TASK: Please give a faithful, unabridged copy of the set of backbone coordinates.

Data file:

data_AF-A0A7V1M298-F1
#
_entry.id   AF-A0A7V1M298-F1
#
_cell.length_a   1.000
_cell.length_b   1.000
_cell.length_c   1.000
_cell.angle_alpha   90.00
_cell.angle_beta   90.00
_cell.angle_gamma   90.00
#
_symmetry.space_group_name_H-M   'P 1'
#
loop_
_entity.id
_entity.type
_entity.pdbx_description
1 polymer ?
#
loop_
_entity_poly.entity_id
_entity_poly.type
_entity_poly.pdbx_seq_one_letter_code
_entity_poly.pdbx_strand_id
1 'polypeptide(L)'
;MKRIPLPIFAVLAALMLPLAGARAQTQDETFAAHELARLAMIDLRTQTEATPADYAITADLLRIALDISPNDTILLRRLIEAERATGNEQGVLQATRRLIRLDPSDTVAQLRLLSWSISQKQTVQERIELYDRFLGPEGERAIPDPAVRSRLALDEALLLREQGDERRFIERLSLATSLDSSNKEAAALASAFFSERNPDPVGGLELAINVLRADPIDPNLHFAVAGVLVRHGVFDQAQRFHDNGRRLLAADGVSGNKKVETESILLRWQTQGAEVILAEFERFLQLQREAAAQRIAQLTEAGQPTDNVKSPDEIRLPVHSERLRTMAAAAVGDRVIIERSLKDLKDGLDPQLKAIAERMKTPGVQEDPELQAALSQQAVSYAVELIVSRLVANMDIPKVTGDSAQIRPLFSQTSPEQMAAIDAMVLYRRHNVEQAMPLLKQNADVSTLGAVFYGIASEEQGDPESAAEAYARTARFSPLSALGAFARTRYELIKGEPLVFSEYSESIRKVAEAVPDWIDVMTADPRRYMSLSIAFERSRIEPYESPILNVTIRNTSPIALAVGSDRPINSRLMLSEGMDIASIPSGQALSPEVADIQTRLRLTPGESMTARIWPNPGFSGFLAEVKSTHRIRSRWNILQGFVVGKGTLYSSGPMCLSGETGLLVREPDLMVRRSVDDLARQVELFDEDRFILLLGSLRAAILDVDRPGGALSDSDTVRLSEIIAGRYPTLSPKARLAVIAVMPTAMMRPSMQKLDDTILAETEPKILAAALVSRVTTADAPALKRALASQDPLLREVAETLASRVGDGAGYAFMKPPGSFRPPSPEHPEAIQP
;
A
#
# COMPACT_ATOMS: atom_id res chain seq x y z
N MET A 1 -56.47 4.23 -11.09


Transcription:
data_AF-A0A7V1M298-F1
#
_entry.id   AF-A0A7V1M298-F1
#
_cell.length_a   1.000
_cell.length_b   1.000
_cell.length_c   1.000
_cell.angle_alpha   90.00
_cell.angle_beta   90.00
_cell.angle_gamma   90.00
#
_symmetry.space_group_name_H-M   'P 1'
#
loop_
_entity.id
_entity.type
_entity.pdbx_description
1 polymer ?
#
loop_
_entity_poly.entity_id
_entity_poly.type
_entity_poly.pdbx_seq_one_letter_code
_entity_poly.pdbx_strand_id
1 'polypeptide(L)'
;MKRIPLPIFAVLAALMLPLAGARAQTQDETFAAHELARLAMIDLRTQTEATPADYAITADLLRIALDISPNDTILLRRLIEAERATGNEQGVLQATRRLIRLDPSDTVAQLRLLSWSISQKQTVQERIELYDRFLGPEGERAIPDPAVRSRLALDEALLLREQGDERRFIERLSLATSLDSSNKEAAALASAFFSERNPDPVGGLELAINVLRADPIDPNLHFAVAGVLVRHGVFDQAQRFHDNGRRLLAADGVSGNKKVETESILLRWQTQGAEVILAEFERFLQLQREAAAQRIAQLTEAGQPTDNVKSPDEIRLPVHSERLRTMAAAAVGDRVIIERSLKDLKDGLDPQLKAIAERMKTPGVQEDPELQAALSQQAVSYAVELIVSRLVANMDIPKVTGDSAQIRPLFSQTSPEQMAAIDAMVLYRRHNVEQAMPLLKQNADVSTLGAVFYGIASEEQGDPESAAEAYARTARFSPLSALGAFARTRYELIKGEPLVFSEYSESIRKVAEAVPDWIDVMTADPRRYMSLSIAFERSRIEPYESPILNVTIRNTSPIALAVGSDRPINSRLMLSEGMDIASIPSGQALSPEVADIQTRLRLTPGESMTARIWPNPGFSGFLAEVKSTHRIRSRWNILQGFVVGKGTLYSSGPMCLSGETGLLVREPDLMVRRSVDDLARQVELFDEDRFILLLGSLRAAILDVDRPGGALSDSDTVRLSEIIAGRYPTLSPKARLAVIAVMPTAMMRPSMQKLDDTILAETEPKILAAALVSRVTTADAPALKRALASQDPLLREVAETLASRVGDGAGYAFMKPPGSFRPPSPEHPEAIQP
;
A
#
# COMPACT_ATOMS: atom_id res chain seq x y z
N MET A 1 -56.47 4.23 -11.09